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Interaction trees (ITrees) are a general-purpose data structure in Coq for representing the behaviors of recursive programs that interact with their environments. ITrees, a coinductive variant of "free monads,'' are built out of uninterpreted events and their continuations. They support compositional construction of interpreters from event handlers, which give meaning to events by defining their semantics as monadic actions. They are expressive enough to represent impure and potentially nonterminating, mutually recursive computations in Coq. And they give rise to a theory enabling equational reasoning, up to weak bisimulation, about ITrees and monadic computations built from them. In contrast to other approaches such as relationally specified operational semantics, ITrees are executable via code extraction, making them suitable for debugging, testing, and implementing software artifacts that are amenable to formal verification.

We have implemented ITrees and their associated theory as a Coq library, which mechanizes classic domain- and category-theoretic results about program semantics, iteration, monadic structures, and equational reasoning. Although the internals of the library make heavy use of coinductive proofs, the interface hides these details so that clients can use and reason about ITrees without explicit use of Coq’s coinduction tactics.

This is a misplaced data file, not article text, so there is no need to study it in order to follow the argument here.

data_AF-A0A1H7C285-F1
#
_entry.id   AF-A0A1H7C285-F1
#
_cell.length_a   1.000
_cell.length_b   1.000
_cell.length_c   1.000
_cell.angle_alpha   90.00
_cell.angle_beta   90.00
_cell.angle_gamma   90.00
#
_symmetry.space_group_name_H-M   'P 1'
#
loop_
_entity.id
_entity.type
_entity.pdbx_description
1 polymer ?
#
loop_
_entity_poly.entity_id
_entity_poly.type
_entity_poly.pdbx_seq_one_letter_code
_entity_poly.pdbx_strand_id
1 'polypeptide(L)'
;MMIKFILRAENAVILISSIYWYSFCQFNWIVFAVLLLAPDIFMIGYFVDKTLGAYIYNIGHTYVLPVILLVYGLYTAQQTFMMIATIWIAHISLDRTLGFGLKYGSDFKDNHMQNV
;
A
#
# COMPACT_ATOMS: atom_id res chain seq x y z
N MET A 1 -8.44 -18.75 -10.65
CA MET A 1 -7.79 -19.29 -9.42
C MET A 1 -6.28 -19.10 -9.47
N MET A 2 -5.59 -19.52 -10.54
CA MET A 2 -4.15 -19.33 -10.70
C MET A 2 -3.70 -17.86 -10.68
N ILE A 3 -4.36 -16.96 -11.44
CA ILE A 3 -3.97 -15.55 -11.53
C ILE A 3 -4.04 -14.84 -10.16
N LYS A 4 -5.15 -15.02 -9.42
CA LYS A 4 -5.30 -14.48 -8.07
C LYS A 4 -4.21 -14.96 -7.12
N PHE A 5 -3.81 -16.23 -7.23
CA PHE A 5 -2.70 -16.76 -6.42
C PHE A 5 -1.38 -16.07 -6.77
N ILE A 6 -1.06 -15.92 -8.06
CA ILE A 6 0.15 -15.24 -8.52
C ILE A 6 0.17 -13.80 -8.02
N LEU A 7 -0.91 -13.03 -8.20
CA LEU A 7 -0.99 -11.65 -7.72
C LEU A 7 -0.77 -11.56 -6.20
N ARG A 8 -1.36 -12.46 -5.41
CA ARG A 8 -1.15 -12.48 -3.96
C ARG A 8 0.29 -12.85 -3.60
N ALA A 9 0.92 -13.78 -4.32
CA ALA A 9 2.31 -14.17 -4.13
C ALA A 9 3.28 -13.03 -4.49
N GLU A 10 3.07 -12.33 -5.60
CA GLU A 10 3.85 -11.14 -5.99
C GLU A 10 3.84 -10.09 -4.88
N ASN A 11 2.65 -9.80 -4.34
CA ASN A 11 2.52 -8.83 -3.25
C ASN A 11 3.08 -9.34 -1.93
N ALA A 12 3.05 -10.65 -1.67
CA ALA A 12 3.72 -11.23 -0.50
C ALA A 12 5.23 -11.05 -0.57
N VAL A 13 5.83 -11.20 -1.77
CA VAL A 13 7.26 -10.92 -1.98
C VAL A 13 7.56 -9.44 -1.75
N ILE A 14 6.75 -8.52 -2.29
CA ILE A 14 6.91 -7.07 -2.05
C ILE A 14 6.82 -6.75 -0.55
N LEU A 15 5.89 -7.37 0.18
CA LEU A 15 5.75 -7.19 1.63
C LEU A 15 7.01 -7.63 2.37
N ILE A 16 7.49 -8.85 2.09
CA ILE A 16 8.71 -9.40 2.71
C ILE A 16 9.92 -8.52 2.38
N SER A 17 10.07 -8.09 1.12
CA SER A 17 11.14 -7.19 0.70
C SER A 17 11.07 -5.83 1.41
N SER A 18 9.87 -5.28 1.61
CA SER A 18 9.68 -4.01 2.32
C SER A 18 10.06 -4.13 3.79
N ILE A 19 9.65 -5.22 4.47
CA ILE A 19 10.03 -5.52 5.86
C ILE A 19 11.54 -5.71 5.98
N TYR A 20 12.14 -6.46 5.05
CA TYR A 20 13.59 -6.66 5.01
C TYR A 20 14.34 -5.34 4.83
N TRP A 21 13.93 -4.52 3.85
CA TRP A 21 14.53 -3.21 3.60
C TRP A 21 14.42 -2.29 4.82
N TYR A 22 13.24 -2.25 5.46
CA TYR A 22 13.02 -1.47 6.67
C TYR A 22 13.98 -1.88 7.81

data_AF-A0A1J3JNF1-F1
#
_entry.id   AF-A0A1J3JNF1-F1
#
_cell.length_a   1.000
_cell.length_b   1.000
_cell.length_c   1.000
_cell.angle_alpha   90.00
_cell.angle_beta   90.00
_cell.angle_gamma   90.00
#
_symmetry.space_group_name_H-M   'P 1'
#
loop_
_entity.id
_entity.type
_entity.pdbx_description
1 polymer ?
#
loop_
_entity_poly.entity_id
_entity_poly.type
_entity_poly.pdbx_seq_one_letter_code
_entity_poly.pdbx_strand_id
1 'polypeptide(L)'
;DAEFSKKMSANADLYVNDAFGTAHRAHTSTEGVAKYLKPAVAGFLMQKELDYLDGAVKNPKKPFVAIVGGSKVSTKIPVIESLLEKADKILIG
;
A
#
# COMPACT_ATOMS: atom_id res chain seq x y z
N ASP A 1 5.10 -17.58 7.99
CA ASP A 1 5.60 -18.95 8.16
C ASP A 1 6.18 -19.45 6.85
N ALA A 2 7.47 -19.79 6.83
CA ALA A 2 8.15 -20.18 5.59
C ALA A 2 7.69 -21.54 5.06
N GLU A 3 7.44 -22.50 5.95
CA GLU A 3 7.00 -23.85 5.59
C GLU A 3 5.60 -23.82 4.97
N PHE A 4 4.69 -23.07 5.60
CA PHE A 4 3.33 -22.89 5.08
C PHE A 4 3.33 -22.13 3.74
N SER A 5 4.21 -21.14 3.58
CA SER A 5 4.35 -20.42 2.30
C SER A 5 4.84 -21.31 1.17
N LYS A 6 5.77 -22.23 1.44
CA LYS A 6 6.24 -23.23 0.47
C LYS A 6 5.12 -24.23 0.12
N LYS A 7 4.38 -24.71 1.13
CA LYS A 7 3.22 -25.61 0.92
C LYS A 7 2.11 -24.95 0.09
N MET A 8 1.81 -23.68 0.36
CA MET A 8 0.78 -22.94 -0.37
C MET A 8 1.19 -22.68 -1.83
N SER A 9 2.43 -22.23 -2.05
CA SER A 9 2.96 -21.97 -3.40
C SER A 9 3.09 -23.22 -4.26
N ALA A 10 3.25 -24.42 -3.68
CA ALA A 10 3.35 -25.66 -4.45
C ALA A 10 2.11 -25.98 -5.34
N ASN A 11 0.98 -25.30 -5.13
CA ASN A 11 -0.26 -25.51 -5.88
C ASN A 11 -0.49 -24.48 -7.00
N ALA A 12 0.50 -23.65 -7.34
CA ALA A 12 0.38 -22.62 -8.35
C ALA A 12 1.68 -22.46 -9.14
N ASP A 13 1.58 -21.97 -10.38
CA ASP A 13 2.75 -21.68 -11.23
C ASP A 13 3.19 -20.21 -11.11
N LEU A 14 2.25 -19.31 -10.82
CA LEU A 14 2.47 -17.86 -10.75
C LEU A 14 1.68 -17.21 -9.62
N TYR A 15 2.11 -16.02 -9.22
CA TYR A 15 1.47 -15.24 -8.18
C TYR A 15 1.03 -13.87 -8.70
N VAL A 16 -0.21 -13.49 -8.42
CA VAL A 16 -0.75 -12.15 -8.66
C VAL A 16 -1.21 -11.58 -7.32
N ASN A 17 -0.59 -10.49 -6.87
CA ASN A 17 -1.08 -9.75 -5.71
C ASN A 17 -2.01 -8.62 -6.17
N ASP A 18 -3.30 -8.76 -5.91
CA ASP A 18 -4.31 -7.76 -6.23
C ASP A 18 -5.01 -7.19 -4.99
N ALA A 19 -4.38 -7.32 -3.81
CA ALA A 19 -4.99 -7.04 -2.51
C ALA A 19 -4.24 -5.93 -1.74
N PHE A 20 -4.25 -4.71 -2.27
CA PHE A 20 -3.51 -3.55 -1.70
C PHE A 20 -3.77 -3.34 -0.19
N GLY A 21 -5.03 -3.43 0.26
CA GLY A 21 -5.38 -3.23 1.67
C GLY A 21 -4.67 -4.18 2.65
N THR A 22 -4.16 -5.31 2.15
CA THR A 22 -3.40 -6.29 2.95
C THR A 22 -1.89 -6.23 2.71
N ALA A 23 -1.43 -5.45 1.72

To demonstrate the utility of our theory, we prove the termination-sensitive correctness of a compiler from a simple imperative source language to an assembly-like target whose meanings are given as ITree-based denotational semantics. Unlike previous results using operational techniques, this bisimulation proof follows straightforwardly by structural induction and elementary rewriting via an equational theory of combinators for control-flow graphs.

Interaction Trees (LibreOffice slides, with animations) (itrees-popl20.odp)233KiB
Interaction Trees (PDF slides) (itrees-popl20.pdf)242KiB

Fri 24 Jan
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10:30 - 11:35: Verification in Proof AssistantsResearch Papers at Ile de France III (IDF III)
Chair(s): Sandrine BlazyUniv Rennes- IRISA
10:30 - 10:51
Virtual Timeline: A Formal Abstraction for Verifying Preemptive Schedulers with Temporal Isolation
Research Papers
Mengqi LiuYale University, Lionel RiegVerimag, Zhong ShaoYale University, Ronghui GuColumbia University, David CostanzoYale University, Jung-Eun KimYale University, Man-Ki YoonYale University
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10:51 - 11:13
The High-Level Benefits of Low-Level Sandboxing
Research Papers
Michael SammlerMPI-SWS, Deepak GargMax Planck Institute for Software Systems, Derek DreyerMPI-SWS, Tadeusz LitakFAU Erlangen-Nuremberg, INF 8
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11:13 - 11:35
Interaction Trees: Representing Recursive and Impure Programs in CoqDistinguished Paper
Research Papers
Li-yao XiaUniversity of Pennsylvania, Yannick ZakowskiUniversity of Pennsylvania, Paul HeUniversity of Pennsylvania, Chung-Kil HurSeoul National University, Gregory MalechaBedRock Systems, Benjamin C. PierceUniversity of Pennsylvania, Steve ZdancewicUniversity of Pennsylvania
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